Saturday Sports Sitdown: An Expression of Gratitude

All videos and articles linked are the sole possession of the Nashville Predators.

Hello Everyone!

Once again I return from a slight absence brought on by work, personal life, and illness. For that, I do apologize. I’m back, and after my rant last time, I come at you with an article out of the norm.

While we here at HasBeen are getting ready to get the NSC season underway (Seven days now!), I feel like I must address a different side of sports.

One that cannot be analyzed, one that cannot be explained, one that needs no measure of statistic to see.

That side is the impact all of our sports have on our community. No matter the level of competition, the attendance numbers, nor the amount of money being made, a team’s true measure is the impact on the community it calls home.

Now, I want to make this perfectly clear. I work for the Nashville Predators. This is why, out of personal preference, you never see me write about the Preds anymore.

However, I will break this rule today as I write about an experience I had as a member of this organization. It is a happy one, it is one that made me emotional, and I hope it will illustrate my earlier point.

Anything I write here was not asked of me, this is coming out of my opinion, completely without ties to the organization I work for.

This past NHL All-Star weekend Jan 24-26, the Nashville Predators allowed me to go on a trip that showcased to me, and now hopefully all of you readers, how much gratitude can come out of a simple gesture of help.

We were all flown down to Houston, Texas, where we were taken to the home of 83-year-old Ms. Julia. A sweet Hungarian born woman who has lived in her house in Houston for over 30 years.

Hurricane Harvey occurred over four months ago, yet the area is still recovering the best way it knows how. Helping each other and working hard to get back to a sense of normalcy.

I will not go into deep details about this woman’s struggles, or what we did to help this woman, as I will link to an article and video that will do better justice to her grit and tenacity, and the efforts of the large group of people I have the privilege to work with.



The one thing I will express in this article is how much more visible the impact of a sports organization volunteering can have on a community is. The gratitude I saw within this woman’s eyes, and the eyes of all other volunteers working within their own community in Houston was worth more than any paycheck I have ever received.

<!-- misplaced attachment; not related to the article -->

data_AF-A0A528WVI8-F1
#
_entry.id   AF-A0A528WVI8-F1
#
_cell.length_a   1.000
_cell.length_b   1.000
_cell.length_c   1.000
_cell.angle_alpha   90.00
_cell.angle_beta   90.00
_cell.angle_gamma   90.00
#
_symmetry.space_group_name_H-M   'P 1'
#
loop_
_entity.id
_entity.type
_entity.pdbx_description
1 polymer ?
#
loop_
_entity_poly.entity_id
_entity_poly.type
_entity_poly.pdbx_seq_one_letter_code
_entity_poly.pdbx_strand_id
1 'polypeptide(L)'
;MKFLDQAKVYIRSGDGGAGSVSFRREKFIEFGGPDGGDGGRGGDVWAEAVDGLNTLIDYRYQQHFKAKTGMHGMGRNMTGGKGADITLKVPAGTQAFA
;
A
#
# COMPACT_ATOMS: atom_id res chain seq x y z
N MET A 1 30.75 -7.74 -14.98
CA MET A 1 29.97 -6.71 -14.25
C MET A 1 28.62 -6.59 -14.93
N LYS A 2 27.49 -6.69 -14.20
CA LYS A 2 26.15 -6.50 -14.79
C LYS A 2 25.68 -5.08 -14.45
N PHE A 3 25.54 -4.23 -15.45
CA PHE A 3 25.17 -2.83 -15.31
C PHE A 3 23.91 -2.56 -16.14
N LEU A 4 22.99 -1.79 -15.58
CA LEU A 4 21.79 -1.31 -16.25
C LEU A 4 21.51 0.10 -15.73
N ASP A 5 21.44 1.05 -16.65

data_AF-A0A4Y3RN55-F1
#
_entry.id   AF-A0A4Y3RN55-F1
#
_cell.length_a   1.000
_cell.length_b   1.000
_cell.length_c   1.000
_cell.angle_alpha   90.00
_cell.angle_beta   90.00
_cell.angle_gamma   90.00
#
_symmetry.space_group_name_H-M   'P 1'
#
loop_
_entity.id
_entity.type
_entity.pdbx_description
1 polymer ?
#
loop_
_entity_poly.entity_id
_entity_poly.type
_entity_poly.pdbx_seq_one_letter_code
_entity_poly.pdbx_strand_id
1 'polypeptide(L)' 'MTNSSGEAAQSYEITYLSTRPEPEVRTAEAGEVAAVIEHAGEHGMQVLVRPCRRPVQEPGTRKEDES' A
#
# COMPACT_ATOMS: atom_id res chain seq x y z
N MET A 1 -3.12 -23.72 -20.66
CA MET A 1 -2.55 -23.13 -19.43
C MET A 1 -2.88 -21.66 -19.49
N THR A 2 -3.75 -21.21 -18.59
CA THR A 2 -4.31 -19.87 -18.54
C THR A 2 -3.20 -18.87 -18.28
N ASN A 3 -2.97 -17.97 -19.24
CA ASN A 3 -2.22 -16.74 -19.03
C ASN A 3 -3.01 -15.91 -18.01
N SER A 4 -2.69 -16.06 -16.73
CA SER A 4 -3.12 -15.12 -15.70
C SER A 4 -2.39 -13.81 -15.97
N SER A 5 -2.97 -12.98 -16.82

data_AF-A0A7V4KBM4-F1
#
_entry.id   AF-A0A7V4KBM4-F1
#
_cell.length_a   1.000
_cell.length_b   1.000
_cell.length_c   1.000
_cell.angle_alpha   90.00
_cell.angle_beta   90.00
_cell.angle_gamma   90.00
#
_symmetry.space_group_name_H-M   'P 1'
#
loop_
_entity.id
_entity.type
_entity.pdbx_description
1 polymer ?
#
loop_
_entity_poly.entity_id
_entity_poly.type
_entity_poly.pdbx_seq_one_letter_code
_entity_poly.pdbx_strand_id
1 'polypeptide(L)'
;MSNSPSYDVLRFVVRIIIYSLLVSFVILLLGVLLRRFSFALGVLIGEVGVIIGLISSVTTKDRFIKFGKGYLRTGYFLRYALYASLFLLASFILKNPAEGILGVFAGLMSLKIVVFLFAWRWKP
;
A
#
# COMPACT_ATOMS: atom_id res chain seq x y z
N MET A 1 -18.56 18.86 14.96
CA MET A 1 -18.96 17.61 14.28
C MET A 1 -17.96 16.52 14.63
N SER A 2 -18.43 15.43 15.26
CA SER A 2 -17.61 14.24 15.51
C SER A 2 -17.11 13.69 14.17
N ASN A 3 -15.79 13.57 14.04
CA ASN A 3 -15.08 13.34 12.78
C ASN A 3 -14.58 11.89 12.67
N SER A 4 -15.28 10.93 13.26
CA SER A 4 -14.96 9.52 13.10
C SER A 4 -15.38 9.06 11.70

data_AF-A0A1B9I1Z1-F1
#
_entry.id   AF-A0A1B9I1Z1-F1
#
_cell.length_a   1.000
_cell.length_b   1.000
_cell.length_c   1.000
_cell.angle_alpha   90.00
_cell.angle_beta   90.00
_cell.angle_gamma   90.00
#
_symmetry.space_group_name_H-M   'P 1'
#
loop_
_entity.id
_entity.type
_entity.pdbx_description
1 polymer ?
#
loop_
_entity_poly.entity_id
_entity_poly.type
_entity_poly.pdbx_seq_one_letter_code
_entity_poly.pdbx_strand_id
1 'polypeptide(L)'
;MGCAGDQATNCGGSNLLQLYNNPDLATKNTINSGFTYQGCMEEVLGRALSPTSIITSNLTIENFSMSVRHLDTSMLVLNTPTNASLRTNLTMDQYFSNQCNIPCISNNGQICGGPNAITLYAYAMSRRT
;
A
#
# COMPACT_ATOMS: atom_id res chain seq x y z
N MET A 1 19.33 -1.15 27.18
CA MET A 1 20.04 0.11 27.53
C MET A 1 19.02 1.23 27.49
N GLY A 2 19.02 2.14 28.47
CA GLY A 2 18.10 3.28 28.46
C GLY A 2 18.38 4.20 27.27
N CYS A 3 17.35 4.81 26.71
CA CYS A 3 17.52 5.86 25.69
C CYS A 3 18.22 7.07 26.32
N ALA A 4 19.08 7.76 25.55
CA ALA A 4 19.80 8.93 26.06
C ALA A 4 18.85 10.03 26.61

When any hot-topic debate happens within a sports community, one argument is always, “Well what does XYZ, do for the people who pay their paychecks?” Well, it is things like these, that get a glancing pass by in most conversations, that need to be pointed out more.

You see these community events all the time in any city that has a sports franchise, but in a world seemingly built on cynicism, the motives behind actions are called into question.

I think it is high-time we get back to praising these actions for more than a quick second. Hold your sports franchises to more random acts of community betterment, expect nothing less than humanitarians from your athletes, front office, and ownership teams.

These words are not spoken of anger. Actually, it is quite the opposite, it is excitement, a call to action. Now that I have been a part of something great, I want to see it everywhere. We have a city of amazing people waiting for the opportunity to help each other. We all have gratitude for one another, we all do not want our neighbors to struggle, suffer, or feel abandoned.

To the Nashville Predators, all I have for you is gratitude. You gave me a job when I had none over a year ago. You gave me an advancement opportunity this last November. You have given me a new family in a city I took a risk to move to, but never want to leave. You let me experience the first of what I hope will be many chances to spread our impact on the world. For that, I am totally and utterly grateful.

To sports, I say the same to you. Keep doing what you do. Keep making the Middle Tennessee area and in turn the world, the best version of itself it can be.



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